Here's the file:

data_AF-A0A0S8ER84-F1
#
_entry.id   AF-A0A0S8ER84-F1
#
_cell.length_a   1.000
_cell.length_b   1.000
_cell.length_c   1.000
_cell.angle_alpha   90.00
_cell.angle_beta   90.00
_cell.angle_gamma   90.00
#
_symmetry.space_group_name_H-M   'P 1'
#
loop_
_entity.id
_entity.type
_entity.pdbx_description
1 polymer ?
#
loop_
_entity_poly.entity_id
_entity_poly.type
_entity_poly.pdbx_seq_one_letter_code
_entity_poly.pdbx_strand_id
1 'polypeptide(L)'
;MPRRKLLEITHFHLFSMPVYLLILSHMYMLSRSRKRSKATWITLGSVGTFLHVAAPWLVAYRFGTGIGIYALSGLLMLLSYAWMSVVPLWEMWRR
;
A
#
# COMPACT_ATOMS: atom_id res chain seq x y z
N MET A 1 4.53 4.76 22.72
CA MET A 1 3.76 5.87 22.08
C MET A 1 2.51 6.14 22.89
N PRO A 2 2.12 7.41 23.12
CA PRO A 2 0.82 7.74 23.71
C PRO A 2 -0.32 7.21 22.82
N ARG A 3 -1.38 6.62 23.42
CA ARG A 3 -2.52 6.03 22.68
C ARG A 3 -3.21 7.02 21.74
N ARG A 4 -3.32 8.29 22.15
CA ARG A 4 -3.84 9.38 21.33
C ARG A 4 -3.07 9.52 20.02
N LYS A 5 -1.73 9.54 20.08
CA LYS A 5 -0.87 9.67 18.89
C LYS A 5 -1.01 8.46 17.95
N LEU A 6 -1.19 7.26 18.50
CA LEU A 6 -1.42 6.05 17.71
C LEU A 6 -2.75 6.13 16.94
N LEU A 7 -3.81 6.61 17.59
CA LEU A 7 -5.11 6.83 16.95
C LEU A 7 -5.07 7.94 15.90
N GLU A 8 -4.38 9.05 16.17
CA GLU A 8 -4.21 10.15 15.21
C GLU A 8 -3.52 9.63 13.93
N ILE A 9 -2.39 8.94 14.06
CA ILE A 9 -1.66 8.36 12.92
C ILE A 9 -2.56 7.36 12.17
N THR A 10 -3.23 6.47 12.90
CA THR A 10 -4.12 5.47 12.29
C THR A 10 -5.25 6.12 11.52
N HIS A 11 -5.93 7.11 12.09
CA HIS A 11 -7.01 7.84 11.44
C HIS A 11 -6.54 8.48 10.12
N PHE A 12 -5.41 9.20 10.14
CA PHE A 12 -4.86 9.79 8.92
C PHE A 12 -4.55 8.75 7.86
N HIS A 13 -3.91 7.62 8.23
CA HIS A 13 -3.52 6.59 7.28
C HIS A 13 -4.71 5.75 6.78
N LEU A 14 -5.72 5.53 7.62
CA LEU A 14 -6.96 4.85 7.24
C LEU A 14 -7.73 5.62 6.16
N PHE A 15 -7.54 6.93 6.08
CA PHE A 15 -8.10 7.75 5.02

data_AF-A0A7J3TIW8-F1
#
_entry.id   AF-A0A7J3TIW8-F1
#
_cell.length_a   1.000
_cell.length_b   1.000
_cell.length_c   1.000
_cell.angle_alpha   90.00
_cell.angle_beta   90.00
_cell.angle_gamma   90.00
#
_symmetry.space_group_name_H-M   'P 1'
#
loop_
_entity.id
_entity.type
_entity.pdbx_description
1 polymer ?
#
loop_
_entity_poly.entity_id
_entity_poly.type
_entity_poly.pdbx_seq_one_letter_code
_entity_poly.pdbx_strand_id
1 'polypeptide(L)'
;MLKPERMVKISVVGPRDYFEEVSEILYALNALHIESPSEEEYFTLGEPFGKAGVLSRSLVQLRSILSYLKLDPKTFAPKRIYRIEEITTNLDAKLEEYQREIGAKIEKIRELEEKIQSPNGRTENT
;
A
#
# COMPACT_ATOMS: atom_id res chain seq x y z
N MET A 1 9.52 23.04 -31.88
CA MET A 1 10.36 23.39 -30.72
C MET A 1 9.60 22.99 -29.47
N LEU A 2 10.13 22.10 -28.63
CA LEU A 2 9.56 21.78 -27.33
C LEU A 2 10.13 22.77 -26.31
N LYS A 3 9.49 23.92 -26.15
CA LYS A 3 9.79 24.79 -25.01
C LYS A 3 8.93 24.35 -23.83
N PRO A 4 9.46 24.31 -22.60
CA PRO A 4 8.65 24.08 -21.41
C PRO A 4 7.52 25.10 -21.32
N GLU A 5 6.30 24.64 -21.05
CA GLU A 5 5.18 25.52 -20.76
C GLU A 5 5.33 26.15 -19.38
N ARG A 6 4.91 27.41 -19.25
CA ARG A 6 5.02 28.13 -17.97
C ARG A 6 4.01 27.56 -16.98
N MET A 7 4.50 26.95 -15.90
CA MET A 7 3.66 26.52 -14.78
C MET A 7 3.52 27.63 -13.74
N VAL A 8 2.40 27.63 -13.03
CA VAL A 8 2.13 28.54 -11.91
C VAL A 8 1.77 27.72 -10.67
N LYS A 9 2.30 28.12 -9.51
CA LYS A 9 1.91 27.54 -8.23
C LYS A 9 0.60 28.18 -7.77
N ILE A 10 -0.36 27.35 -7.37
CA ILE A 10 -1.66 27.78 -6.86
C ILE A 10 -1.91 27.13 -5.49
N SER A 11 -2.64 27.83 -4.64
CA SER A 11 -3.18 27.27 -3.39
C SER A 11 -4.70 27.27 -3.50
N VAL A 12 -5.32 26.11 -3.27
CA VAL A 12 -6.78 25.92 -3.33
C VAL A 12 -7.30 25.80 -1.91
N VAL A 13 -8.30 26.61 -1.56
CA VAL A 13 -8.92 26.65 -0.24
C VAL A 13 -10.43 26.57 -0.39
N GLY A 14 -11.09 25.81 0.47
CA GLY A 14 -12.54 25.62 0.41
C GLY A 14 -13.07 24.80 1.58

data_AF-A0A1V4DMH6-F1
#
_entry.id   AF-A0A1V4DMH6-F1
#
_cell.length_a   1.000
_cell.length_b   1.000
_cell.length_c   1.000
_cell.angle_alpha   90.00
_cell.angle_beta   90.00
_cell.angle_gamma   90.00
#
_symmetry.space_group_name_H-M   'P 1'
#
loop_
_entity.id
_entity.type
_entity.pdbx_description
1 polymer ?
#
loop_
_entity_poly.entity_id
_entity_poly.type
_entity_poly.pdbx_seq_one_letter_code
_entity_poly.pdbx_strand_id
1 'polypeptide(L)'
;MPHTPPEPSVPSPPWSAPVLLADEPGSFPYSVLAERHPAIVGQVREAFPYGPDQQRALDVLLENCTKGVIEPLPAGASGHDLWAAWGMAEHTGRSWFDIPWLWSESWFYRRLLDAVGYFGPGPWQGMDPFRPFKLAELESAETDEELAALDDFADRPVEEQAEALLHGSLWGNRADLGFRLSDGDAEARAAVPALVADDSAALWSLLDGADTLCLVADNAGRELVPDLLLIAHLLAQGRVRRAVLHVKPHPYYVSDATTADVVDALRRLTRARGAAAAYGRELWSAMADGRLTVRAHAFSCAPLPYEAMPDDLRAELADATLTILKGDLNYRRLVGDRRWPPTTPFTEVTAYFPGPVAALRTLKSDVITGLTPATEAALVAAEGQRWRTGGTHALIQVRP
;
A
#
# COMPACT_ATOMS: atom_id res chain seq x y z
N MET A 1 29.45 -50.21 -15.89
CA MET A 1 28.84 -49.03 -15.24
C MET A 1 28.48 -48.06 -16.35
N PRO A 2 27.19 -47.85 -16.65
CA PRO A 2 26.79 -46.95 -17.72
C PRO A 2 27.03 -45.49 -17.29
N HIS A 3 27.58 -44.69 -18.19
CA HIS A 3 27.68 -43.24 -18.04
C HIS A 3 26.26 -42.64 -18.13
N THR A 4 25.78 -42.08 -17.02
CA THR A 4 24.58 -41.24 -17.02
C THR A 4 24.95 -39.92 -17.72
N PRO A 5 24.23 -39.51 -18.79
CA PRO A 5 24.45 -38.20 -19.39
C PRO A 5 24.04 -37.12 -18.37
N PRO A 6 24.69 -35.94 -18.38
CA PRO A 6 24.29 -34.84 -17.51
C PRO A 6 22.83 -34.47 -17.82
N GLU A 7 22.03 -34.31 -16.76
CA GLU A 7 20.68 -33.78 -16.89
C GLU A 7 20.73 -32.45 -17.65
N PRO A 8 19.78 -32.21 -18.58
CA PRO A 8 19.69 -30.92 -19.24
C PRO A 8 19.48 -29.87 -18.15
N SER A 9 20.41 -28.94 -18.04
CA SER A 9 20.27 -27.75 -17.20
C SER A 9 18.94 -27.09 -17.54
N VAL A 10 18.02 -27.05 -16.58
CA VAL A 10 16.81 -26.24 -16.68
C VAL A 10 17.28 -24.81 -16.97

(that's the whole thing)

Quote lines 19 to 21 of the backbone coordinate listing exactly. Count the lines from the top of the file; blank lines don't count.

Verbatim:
#
loop_
_entity_poly.entity_id